The Case of Tammy Zywicki
Confessions and Connections
Bruce Mendenhall was initially charged only with the murder of Sara Hulbert, but during interrogation he implicated himself in five other crimes, including the murder of Symantha Winters. He revealed details of the January 29, 2007, killing of Deborah Ann Glover, 43, whose body had been found behind a hotel near a Suwanee, Ga., truck stop. Like Winters, Glover had been a prostitute.
Mendenhall confessed to the killing of Sherry Drinkard, also 43 and a prostitute, whose body had been found on February 22, 2007, shot in the head and tossed into a snow bank at another TA truck stop, this one in Lake Station, Ind. He also claimed responsibility for the murder of Lucille Gretna Carter, 44, whose body had been found near a trash bin on the side of a road outside of Birmingham, Ala., on July 7, 2007. Carter had been shot and her body had been stripped naked, similarly to Drinkard's.
Mendenhall also spoke of the Indianapolis killing of 31-year-old Carma Purpura, who had been last seen on July 11th, the day before Mendenhall was captured. Mendenhall denied being Purpura's killer, but told police that she had died from a gunshot to the head at a Flying J truck stop in Indianapolis. Also a prostitute battling drug addiction, Purpura's body was never found despite Mendenhall's description of a dumpster near a Hardee's restaurant. Purpura's blood, as well as her cell phone, ATM card and clothing were found in Mendenhall's truck, and in 2008 he was charged with her murder.
Mendenhall was charged with killing Sara Nicole Hulbert, Symantha Winters, and Lucille Carter. All four had been shot with a .22 caliber handgun. According to Marion County Prosecutor Carl Brizzi, assigned to the case, told the press that the victims' heads had been wrapped with plastic wrap and duct tape before they were shot.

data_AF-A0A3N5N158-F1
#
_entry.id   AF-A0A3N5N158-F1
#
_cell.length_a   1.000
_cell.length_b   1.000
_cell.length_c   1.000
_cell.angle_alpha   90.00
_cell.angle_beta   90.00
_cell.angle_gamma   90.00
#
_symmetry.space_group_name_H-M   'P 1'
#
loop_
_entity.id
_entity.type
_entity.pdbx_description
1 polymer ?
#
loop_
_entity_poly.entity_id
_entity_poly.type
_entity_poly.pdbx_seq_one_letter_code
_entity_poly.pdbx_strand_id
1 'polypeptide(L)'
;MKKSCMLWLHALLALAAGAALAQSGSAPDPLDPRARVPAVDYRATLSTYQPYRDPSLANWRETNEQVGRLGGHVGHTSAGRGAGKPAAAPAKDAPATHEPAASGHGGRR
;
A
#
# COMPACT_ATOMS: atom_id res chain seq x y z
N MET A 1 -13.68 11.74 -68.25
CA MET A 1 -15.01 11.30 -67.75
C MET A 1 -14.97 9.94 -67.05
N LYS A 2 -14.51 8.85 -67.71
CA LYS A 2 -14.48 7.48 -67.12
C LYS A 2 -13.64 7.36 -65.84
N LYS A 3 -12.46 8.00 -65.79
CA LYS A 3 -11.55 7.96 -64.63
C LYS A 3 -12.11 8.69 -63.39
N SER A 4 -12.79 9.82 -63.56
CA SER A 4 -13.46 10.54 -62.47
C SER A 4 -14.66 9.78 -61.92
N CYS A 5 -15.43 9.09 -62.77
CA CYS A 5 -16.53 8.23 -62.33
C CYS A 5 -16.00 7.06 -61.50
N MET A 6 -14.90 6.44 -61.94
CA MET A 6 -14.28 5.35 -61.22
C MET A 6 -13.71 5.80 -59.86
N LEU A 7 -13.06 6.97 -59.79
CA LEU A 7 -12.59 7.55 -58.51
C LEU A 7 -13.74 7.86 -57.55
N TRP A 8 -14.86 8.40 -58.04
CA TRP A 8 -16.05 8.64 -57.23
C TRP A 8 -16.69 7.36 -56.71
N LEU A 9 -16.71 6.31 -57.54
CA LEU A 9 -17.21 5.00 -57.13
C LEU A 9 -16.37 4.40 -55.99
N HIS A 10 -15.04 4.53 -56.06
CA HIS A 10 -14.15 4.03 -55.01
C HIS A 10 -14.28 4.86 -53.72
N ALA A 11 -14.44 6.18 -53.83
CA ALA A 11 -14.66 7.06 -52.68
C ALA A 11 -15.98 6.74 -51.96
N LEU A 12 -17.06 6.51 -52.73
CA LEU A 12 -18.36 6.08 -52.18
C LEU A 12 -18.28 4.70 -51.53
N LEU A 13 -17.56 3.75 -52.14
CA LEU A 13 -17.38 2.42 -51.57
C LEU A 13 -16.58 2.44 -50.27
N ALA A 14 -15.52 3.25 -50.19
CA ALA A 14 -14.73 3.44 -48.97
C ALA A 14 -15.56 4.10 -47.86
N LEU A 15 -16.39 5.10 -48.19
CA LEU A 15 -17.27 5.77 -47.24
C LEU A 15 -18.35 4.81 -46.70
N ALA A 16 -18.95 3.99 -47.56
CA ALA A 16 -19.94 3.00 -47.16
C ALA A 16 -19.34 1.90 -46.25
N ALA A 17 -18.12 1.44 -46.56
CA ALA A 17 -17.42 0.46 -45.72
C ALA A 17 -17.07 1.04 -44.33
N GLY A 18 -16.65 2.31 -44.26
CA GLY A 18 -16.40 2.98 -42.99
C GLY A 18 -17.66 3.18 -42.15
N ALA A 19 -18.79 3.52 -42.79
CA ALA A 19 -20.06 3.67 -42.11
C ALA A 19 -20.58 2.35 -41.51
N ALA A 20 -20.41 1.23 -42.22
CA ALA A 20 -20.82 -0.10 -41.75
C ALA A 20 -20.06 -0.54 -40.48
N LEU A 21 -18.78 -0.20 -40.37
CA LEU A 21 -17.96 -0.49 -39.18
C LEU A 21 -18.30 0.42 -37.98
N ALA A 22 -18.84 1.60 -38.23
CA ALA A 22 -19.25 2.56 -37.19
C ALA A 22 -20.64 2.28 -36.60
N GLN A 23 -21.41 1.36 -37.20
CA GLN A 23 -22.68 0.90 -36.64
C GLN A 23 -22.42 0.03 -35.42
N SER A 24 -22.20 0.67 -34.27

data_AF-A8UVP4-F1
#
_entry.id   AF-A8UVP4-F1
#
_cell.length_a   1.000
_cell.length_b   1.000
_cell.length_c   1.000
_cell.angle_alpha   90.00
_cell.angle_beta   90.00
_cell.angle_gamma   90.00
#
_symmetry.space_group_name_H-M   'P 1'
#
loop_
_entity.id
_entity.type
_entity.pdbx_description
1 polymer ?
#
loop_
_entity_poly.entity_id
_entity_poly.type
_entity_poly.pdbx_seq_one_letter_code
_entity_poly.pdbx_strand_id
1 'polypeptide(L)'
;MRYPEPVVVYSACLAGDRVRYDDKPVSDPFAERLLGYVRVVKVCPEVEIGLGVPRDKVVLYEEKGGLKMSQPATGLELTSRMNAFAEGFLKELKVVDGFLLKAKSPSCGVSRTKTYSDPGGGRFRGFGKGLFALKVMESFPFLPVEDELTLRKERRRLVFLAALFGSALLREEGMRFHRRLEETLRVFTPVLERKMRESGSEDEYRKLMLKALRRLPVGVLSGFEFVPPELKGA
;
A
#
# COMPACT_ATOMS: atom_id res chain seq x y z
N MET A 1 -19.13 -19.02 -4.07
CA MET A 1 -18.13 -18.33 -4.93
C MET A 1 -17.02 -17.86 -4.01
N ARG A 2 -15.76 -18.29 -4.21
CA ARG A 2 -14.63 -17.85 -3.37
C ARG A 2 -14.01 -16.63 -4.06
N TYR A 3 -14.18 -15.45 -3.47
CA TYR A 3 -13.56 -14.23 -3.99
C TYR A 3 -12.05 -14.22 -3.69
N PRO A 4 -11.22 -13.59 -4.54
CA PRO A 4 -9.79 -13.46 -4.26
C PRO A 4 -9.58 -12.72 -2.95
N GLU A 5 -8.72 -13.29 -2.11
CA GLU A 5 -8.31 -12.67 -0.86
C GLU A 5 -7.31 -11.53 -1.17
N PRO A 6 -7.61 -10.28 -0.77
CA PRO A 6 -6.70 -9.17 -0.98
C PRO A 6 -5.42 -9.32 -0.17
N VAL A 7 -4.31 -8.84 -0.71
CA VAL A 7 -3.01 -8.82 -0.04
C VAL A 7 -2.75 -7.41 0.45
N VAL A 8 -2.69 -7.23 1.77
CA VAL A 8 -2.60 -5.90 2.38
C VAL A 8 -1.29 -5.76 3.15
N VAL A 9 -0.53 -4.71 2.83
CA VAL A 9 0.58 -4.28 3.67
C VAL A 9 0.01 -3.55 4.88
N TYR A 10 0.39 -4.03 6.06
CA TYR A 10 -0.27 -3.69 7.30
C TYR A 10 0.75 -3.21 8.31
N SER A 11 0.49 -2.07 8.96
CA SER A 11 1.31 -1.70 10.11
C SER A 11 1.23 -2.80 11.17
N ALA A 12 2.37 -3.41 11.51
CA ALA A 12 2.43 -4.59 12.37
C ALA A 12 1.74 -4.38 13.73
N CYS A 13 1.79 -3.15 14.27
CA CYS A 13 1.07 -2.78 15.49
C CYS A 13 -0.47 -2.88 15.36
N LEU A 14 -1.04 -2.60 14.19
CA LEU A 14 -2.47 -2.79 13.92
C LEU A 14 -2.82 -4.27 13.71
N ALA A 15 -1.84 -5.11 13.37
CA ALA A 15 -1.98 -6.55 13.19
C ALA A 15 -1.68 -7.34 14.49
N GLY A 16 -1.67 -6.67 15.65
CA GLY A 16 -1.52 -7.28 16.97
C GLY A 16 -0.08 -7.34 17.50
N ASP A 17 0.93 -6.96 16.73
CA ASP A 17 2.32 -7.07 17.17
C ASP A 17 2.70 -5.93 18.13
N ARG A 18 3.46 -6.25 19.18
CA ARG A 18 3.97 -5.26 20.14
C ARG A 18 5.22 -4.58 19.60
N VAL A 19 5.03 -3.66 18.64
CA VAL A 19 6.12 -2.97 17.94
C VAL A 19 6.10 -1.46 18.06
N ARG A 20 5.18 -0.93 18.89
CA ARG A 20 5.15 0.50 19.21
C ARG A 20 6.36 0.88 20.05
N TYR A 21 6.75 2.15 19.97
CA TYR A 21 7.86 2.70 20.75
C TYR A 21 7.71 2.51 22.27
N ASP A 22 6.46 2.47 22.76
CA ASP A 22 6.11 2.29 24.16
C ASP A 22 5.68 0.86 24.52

After Mendenhall had implicated himself in six murders, police from across the Midwest and the South began to look through their unsolved cases, knowing that a man who had allegedly killed at least six in one year was likely to have killed before. Over 100 police agencies contacted the Nashville Metro police, hoping to connect a cold case or a missing person to Mendenhall. Because Mendenhall had crossed state lines, an FBI task force was assembled to go through Mendenhall's banking history and the records of the trucking company he worked for to retrace his steps over the prior two decades. One hit came from a town just north of Nashville. Analyses revealed the blood of Latisha Milliken, missing from Millersville, Tenn., since February 2007, to have been present in the cab of Mendenhall's truck. According to a posting on the North American Missing Persons website, Milliken was addicted to crack cocaine and supported her habit by picking up truckers at TravelCenters of America.
Police also sought to connect Mendenhall to the death of Jennifer Smith, a 24-year-old prostitute whose naked body had been found in 2005, at a TA truck stop parking lot in Bucksnort, Tenn., about an hour west of Nashville. Although there were many similarities between the slaying of Smith and the women Mendenhall described to police, he was not her killer. In 2008, based on DNA evidence, convicted killer John Wayne Boyer was indicted with her murder. At the time, Boyer was already serving a 12-year sentence for the Illinois killing of 31-year-old Scarlett Wood. Like Mendenhall, Boyer was a trucker and had picked up Wood at a truck stop.
Could Bruce Mendenhall's alleged killing spree have extended all the way back to 1992, when Tammy Zywicki was driving on I-80 through Illinois? Several circumstances connect Mendenhall to a killing that took place in 2001, possibly expanding the scope of his already extensive resume: Cindy Rogers is convinced that Mendenhall killed her sister Belinda Cartwright, who was run over by a big rig truck while hitchhiking in Valdosta, Ga. A composite sketch of Cartwright's suspected killer bears a striking resemblance to Mendenhall — like his 2007 mug shot, the face in the composite sketch is gaunt, tight-lipped and bespectacled. When news of Mendenhall's arrest hit the media, Todd Matthews, member of a missing persons organization out of Cookeville, Tenn., said he immediately recognized Mendenhall from the composite. Because Belinda Cartwright was one of several women who had been killed near Interstate 75, Matthews said he had began to formulate a theory of an I-75 serial killer years before Mendenhall's arrest. Matthews, who produces Missing Pieces, a weekly public service announcement intended to raise public awareness and help locate missing persons, said authorities and newspapers didn't take notice of his theory until Mendenhall was captured in 2007.